Judge Shuts Down Michael Jackson Memorabilia Websites
The King of Pop's estate prevails on claims that Howard Mann has violated his intellectual property and exploited his persona after death.
A California federal judge has handed Michael Jackson's estate a big victory against Howard Mann, a memorabilia collector who operated websites that trafficked in goods from the King of Pop.
Mann, a former business partner of Jackson's mother, Katherine, ran MichaelJacksonSecretVault.com, which sold rare artwork, photographs, sound recordings and other merchandise. John Branca and John McClain, the executors of the estate, sued Mann and his companies for violating intellectual property and exploiting the singer's likeness.
On Friday, U.S. District Court judge Dean Pregerson found the plaintiffs were entitled to summary judgment on their claims and has also issued a permanent injunction that shuts down Mann's MJ-related websites.
Mann obtained various Jackson items as the result of a bankruptcy sale more than a decade ago. At the time, the defendant obtained a monetary judgment against Jackson's parents and two of his brothers, and as a result, items including photographs and audio recordings came into Mann's possession. Soon after, Jackson objected, and in 2004, the singer brought a lawsuit against Mann when he set up a site called thejacksonvault.com.
A court initially granted a preliminary objection against this website, but dismissed the action after Jackson had failed to prosecute.
Then, in 2009, after Jackson's death, Mann created new websites and displayed items including "key art" from the film, This Is It, an audio recording of Jackson's "Destiny," material from an anniversary release of Thriller, and as part of a corporate logo, an image of Jackson performing a dance move known as "Smooth Criminal Lean."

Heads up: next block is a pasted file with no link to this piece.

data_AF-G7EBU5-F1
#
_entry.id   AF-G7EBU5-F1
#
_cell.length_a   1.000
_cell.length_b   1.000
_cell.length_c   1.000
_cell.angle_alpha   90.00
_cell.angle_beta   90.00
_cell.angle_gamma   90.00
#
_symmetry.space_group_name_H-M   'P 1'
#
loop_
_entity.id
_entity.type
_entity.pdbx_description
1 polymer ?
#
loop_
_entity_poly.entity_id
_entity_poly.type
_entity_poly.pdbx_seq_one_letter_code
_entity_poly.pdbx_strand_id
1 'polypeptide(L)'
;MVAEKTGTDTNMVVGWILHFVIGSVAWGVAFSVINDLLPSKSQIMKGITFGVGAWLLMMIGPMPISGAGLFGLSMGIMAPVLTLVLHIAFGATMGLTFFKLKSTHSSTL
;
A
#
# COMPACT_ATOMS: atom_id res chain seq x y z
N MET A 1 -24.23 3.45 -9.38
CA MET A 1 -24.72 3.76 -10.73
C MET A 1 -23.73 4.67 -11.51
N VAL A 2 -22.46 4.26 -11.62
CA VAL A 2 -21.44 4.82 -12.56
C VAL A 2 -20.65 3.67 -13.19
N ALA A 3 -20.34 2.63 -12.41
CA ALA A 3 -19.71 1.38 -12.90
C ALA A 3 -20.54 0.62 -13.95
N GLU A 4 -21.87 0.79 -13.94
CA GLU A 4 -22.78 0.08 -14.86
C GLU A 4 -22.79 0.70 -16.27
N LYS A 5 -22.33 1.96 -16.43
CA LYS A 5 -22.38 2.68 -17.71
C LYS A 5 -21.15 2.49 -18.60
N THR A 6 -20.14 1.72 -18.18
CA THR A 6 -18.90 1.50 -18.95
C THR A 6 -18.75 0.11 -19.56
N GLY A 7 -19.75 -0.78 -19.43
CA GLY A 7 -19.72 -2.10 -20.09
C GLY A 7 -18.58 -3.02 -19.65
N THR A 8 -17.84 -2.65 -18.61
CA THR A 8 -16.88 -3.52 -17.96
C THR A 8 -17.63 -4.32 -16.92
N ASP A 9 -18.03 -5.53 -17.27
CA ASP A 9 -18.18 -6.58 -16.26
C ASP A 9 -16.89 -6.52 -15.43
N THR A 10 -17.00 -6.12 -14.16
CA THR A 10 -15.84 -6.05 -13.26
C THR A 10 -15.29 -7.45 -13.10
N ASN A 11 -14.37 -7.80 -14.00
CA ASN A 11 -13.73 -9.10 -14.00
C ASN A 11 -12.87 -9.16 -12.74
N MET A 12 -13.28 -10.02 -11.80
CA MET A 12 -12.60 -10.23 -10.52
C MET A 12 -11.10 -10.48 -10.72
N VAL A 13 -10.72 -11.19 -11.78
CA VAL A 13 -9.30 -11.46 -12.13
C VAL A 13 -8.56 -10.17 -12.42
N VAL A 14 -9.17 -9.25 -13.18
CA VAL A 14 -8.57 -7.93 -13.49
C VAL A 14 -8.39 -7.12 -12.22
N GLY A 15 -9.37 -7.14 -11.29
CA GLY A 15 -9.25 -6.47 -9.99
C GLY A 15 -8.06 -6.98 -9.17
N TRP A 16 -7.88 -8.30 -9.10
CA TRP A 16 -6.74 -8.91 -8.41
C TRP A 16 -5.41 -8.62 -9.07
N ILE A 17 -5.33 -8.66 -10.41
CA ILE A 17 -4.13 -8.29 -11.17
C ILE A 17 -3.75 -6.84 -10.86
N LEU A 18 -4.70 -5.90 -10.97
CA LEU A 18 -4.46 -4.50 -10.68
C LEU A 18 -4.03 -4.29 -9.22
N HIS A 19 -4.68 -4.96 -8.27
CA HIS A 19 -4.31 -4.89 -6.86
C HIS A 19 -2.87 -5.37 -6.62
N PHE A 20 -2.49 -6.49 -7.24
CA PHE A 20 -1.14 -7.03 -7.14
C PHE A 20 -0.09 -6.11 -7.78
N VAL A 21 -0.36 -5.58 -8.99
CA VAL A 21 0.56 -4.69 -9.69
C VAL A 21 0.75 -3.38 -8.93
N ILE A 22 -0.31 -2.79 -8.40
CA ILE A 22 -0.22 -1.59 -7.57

The Estate of Michael Jackson sued, claiming copyright and trademark infringement, misappropriation of publicity rights, unfair competition and cybersquatting.
Because of the property under his possession, Mann has described his Vintage Pop company in an interview with the Los Angeles Times as a "shadow estate" and has also made noise about having evidence that Jackson's will is fake.
But on Friday, Judge Pregerson rejected Mann's assertions of holding proper title on the works in question. The judge ruled "there is no genuine issue of material fact as to Jackson’s ownership of the intellectual property rights" and that "none of these rights were transferred through the bankruptcy sale."
The judge also waived away Mann's objections that the estate's claims were precluded by the 2004 lawsuit, finding there was no real adjudication of the IP ownership in that dispute.
“The Court’s order means that a trial set for September 4 will involve how much in damages the Michael Jackson Estate is entitled to collect from Mann and his various entities," said Howard Weitzman, lawyer for the estate.